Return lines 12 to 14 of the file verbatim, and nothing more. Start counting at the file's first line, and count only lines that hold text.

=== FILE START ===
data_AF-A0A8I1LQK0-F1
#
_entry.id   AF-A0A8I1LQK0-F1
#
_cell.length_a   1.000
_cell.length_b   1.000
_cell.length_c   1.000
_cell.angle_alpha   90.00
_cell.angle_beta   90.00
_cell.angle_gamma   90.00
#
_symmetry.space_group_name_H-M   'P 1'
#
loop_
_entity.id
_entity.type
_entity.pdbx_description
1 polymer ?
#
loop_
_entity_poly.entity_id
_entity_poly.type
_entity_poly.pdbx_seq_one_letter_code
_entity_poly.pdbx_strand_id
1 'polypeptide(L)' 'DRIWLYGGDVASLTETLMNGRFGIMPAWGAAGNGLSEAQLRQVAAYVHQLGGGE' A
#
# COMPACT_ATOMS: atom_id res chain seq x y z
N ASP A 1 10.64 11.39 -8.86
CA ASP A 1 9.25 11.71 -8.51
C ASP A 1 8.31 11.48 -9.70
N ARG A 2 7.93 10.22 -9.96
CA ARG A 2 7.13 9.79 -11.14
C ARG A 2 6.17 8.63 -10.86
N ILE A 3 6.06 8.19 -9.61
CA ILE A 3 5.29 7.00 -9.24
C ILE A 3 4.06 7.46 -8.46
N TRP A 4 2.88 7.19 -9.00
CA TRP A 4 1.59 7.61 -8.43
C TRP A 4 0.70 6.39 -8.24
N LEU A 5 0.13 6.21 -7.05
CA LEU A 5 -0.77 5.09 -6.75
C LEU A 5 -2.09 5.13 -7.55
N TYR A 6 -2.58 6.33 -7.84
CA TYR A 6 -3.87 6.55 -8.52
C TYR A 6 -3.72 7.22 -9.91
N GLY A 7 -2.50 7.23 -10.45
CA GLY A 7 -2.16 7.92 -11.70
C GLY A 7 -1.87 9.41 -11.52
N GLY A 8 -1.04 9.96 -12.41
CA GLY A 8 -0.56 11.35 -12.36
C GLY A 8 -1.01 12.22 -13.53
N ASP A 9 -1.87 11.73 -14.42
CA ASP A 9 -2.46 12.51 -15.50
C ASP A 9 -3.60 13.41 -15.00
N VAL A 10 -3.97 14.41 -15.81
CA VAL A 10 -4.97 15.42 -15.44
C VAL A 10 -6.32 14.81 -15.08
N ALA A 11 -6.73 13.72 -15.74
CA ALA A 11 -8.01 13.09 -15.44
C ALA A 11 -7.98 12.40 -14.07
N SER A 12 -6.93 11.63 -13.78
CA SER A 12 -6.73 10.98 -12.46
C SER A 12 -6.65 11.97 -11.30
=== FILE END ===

_symmetry.space_group_name_H-M   'P 1'
#
loop_